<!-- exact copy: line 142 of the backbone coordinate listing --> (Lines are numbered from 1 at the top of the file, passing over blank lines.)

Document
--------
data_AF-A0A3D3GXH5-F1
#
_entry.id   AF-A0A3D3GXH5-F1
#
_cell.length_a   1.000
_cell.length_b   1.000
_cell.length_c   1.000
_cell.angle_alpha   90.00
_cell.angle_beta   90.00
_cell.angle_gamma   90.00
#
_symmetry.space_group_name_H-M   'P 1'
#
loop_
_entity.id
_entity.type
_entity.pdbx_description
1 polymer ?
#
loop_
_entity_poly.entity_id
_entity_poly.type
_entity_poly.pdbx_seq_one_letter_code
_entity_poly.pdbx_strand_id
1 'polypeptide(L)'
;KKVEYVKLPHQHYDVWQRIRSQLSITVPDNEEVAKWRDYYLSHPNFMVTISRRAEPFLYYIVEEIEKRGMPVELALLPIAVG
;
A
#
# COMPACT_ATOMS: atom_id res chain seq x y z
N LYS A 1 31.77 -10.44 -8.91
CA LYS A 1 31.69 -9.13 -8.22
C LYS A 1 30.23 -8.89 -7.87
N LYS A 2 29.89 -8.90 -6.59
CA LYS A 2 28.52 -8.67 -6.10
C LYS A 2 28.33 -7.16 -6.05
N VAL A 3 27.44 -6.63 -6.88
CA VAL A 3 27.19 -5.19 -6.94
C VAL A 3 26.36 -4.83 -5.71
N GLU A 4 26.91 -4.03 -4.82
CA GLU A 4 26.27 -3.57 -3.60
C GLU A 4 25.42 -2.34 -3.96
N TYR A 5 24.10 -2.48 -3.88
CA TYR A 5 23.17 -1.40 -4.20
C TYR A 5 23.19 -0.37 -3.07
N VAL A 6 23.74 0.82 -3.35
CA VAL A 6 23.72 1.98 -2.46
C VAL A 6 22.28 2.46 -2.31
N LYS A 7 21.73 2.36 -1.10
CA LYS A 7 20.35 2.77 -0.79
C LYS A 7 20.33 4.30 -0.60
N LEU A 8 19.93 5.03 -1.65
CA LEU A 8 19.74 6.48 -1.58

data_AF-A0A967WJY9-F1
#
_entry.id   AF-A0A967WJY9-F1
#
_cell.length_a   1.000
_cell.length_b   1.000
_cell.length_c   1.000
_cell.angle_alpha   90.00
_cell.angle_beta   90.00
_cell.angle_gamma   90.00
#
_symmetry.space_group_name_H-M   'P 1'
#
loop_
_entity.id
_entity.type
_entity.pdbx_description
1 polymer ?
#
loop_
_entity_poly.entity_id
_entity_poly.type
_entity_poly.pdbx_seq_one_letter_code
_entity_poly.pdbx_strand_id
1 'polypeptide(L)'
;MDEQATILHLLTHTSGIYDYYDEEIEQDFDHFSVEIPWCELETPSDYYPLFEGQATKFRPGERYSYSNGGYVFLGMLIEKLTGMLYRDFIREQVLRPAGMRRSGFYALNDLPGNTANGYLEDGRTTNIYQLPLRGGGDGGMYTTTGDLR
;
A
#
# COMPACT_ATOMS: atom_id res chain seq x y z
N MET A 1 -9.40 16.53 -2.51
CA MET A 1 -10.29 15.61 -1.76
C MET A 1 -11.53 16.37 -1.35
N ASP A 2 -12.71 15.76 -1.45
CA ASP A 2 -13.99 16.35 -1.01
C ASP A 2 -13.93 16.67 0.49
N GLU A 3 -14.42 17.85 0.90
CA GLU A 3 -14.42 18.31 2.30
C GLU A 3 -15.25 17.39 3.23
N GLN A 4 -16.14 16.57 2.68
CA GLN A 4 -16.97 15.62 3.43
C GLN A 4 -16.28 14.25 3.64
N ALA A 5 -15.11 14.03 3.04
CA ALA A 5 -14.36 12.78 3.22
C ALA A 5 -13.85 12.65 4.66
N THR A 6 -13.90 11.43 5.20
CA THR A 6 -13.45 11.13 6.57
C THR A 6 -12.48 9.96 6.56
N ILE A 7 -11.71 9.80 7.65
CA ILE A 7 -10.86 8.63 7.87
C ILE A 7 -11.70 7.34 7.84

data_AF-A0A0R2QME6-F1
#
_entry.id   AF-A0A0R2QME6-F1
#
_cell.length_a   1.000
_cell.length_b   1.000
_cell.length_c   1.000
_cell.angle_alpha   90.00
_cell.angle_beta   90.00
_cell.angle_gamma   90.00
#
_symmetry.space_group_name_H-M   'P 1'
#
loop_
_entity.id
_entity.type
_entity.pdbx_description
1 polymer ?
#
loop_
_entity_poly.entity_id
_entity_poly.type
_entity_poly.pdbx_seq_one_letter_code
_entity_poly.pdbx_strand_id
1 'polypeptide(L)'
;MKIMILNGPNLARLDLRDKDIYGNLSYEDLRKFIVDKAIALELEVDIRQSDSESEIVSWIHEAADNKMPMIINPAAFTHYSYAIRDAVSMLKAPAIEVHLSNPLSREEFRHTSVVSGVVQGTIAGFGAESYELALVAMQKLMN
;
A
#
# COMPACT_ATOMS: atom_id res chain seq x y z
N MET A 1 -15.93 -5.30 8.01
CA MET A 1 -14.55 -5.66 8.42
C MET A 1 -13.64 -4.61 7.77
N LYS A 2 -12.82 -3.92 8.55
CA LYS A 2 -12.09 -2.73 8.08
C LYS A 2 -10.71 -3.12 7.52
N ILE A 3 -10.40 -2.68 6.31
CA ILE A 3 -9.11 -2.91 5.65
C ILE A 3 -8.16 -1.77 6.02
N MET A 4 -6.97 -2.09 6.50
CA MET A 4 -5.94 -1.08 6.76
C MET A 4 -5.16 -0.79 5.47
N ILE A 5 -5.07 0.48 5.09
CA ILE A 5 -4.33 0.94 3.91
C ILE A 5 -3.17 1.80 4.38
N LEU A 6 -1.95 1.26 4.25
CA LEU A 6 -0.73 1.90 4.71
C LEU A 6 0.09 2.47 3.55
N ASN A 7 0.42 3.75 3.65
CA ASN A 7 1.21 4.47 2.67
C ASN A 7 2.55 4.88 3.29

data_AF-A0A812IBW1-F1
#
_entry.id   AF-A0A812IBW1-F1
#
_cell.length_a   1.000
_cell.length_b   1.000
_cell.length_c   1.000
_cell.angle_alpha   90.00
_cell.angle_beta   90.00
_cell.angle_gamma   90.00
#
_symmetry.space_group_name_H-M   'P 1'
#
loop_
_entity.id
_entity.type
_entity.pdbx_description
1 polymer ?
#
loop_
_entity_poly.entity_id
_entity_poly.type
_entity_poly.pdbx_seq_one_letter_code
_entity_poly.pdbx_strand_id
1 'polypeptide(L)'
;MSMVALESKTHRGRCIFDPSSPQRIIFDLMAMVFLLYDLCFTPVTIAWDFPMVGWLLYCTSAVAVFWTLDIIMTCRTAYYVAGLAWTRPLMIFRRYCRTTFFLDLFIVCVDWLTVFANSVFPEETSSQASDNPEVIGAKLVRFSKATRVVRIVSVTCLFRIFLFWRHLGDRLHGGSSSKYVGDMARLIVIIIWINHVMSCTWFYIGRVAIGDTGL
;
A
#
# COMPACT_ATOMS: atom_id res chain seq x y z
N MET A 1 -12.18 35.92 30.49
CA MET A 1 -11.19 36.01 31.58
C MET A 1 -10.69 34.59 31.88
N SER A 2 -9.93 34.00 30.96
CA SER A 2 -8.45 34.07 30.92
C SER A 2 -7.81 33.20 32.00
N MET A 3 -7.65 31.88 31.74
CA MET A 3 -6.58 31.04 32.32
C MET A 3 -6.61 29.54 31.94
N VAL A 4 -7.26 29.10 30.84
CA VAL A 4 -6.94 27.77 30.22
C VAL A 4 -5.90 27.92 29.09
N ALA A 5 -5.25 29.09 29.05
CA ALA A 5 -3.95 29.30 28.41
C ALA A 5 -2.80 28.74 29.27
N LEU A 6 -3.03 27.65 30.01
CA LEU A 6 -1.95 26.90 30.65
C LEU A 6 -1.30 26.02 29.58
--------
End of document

CA ILE A 3 -9.11 -2.91 5.65